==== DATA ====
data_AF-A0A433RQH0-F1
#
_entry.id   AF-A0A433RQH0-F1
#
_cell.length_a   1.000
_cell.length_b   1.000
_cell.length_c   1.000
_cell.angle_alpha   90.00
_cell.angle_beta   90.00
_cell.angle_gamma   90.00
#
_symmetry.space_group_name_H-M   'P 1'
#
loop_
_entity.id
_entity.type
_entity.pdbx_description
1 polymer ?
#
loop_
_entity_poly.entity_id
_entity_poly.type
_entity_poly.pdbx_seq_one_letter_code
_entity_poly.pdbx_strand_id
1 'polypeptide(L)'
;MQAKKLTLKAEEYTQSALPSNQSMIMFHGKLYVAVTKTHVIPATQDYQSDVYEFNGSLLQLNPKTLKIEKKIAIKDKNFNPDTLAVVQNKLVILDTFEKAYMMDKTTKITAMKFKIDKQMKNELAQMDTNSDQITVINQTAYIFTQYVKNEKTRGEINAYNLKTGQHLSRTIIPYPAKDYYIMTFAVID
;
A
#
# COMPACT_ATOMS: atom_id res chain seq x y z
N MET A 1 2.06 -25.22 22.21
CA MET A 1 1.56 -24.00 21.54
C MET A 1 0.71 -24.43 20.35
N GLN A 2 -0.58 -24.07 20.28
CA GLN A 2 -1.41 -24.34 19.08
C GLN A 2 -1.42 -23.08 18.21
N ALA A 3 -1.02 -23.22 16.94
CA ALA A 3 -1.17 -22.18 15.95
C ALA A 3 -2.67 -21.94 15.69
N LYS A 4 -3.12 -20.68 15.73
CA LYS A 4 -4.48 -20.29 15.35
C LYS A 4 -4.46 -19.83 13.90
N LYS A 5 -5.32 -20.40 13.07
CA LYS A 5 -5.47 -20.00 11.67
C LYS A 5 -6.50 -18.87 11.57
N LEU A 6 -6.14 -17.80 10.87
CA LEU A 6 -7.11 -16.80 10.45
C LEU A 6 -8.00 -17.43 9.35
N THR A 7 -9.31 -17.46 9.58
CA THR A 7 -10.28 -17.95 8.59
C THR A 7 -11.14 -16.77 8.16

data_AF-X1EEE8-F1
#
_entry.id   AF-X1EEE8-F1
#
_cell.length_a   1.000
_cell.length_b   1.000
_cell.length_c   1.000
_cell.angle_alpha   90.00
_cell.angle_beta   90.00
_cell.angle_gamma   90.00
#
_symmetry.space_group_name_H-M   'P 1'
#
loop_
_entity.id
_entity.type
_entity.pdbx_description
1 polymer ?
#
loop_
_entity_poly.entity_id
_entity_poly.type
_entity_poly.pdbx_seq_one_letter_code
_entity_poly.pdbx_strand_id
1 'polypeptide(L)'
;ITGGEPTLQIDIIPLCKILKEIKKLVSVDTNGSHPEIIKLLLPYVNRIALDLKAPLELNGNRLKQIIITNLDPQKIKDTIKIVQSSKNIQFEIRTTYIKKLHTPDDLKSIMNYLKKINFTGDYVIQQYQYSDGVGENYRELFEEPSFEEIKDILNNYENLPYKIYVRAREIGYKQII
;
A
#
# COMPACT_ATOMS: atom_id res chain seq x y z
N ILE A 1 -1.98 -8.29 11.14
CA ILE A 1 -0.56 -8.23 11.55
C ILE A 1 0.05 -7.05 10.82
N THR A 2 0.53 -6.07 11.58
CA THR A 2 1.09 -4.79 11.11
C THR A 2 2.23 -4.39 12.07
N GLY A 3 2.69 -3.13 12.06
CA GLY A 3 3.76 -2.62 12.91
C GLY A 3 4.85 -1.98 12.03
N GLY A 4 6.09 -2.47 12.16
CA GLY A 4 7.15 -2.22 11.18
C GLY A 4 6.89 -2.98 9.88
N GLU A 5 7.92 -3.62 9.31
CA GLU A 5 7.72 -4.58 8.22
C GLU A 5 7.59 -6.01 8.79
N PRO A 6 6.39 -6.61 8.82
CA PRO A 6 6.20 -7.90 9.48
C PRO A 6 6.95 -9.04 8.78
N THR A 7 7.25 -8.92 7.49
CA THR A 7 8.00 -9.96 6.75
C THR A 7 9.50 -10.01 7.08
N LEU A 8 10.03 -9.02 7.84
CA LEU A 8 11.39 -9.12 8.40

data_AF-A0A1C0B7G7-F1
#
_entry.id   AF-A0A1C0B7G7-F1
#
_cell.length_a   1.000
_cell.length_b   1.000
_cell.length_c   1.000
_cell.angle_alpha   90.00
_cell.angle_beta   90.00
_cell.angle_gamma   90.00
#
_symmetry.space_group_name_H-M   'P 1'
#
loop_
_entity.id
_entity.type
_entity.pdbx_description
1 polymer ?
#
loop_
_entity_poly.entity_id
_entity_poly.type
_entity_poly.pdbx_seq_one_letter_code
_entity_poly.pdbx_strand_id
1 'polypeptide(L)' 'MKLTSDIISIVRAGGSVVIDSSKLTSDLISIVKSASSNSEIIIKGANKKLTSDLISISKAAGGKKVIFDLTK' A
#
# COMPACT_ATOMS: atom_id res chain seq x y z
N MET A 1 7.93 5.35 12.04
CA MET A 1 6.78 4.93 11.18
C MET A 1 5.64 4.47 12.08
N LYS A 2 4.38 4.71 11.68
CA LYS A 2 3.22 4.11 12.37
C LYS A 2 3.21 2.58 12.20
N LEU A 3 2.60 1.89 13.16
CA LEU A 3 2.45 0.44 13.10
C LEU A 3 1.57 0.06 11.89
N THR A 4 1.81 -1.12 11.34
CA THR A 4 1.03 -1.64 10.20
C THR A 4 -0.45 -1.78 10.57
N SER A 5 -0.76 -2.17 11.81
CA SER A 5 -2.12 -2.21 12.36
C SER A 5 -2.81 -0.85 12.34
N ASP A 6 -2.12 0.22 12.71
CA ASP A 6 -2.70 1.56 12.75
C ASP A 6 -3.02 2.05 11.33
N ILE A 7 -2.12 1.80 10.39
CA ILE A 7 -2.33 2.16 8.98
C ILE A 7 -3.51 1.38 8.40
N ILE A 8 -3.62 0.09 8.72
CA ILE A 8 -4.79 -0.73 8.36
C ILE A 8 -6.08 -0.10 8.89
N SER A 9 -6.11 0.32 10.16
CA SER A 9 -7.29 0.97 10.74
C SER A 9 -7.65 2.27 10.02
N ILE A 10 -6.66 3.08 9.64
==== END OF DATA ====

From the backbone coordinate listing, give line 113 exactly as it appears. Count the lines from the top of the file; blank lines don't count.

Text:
_cell.angle_beta   90.00